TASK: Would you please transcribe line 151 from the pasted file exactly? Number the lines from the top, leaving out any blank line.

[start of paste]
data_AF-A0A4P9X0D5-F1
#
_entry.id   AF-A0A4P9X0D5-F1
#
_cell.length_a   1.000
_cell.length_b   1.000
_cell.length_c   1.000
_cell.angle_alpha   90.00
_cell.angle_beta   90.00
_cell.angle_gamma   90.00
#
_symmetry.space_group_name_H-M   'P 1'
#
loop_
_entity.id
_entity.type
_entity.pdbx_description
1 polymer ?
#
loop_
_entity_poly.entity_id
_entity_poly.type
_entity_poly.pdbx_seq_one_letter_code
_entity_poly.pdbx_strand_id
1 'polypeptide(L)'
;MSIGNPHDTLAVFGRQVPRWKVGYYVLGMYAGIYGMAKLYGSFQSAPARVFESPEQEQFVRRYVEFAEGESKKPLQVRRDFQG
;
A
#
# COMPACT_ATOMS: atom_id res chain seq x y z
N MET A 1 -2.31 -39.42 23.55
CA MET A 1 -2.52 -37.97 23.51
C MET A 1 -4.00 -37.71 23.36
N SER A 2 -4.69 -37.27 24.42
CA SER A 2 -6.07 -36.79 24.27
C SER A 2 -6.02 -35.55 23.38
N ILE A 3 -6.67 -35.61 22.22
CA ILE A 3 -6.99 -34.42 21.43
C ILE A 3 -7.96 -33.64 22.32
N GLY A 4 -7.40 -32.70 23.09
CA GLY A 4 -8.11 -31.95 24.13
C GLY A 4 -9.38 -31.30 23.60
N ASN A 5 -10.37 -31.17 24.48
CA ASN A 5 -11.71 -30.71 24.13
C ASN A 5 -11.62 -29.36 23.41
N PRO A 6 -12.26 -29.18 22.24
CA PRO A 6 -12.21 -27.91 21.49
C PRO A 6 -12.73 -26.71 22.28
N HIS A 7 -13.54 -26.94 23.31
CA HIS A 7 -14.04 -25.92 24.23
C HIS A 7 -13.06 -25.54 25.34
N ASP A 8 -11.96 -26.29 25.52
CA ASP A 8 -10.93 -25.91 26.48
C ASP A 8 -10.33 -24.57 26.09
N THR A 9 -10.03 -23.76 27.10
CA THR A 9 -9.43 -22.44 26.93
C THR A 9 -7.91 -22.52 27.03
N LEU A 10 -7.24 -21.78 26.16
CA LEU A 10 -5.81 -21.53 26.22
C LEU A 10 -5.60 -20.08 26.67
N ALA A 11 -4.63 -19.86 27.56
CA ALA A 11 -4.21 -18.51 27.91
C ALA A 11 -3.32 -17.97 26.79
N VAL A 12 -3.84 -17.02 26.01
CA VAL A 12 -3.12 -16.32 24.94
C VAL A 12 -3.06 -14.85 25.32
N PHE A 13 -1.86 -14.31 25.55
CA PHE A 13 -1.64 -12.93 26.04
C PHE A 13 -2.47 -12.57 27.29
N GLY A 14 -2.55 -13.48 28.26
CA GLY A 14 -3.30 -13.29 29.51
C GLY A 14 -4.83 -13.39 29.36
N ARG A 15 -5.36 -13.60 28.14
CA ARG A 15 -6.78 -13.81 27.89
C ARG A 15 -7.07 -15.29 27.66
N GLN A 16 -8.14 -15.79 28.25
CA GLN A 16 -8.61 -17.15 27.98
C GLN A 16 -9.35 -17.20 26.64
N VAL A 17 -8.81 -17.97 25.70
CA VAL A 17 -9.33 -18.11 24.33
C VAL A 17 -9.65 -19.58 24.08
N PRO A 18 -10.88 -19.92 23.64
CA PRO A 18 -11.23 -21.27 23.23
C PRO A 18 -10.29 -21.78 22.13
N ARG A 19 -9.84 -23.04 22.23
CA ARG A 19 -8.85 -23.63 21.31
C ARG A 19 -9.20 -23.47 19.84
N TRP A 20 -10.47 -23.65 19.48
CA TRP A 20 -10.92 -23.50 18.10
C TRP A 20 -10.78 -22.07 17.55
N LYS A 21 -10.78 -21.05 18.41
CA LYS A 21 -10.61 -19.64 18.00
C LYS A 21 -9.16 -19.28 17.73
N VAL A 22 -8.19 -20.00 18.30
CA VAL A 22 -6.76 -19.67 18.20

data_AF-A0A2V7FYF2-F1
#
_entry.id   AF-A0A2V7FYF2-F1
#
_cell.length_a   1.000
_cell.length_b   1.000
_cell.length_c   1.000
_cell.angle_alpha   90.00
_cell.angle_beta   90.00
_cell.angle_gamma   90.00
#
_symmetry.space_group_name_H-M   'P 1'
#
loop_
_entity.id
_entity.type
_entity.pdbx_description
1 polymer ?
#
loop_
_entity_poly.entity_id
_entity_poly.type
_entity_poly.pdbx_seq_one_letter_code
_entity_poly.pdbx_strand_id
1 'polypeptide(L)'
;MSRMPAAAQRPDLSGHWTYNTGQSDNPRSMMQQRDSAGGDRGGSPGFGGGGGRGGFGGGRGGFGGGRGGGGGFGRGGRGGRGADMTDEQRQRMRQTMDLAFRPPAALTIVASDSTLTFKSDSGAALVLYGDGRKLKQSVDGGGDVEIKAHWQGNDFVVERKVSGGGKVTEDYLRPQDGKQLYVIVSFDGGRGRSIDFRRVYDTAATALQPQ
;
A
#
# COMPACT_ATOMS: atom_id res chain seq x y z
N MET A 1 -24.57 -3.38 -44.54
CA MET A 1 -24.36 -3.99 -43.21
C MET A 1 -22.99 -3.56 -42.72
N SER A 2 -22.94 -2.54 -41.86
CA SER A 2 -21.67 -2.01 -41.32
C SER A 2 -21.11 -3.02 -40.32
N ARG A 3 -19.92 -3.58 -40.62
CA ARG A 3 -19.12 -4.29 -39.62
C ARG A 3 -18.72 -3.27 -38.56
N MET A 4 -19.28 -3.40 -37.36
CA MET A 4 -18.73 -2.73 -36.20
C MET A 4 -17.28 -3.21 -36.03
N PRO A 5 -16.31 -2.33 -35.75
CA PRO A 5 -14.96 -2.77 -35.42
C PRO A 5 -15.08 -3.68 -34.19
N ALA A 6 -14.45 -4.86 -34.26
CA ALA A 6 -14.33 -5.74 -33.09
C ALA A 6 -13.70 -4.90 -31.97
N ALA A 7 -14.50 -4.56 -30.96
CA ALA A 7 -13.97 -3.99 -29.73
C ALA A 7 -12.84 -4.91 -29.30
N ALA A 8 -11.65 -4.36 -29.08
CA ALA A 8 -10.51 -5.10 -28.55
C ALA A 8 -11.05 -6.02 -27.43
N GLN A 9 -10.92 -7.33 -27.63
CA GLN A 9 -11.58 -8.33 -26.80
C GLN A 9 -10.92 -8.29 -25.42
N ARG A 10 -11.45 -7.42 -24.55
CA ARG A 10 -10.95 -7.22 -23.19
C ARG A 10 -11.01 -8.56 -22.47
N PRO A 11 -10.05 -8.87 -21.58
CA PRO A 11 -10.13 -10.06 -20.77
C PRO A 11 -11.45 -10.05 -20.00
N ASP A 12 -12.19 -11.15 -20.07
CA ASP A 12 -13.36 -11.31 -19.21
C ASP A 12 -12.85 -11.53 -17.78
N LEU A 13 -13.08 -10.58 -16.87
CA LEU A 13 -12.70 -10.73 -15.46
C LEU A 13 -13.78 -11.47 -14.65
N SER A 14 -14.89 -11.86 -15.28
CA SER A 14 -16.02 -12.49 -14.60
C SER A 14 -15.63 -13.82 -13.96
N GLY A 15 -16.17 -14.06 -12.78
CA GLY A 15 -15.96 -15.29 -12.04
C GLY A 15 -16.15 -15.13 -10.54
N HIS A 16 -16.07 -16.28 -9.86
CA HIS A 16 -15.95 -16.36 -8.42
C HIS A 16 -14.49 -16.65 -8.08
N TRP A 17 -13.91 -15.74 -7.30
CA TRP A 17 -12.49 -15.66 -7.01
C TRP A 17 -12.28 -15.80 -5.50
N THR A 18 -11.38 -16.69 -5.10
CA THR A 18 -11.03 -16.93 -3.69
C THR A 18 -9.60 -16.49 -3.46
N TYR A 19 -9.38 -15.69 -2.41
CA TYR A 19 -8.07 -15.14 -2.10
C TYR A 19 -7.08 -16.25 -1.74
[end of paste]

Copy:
CA GLN A 9 -11.58 -8.33 -26.80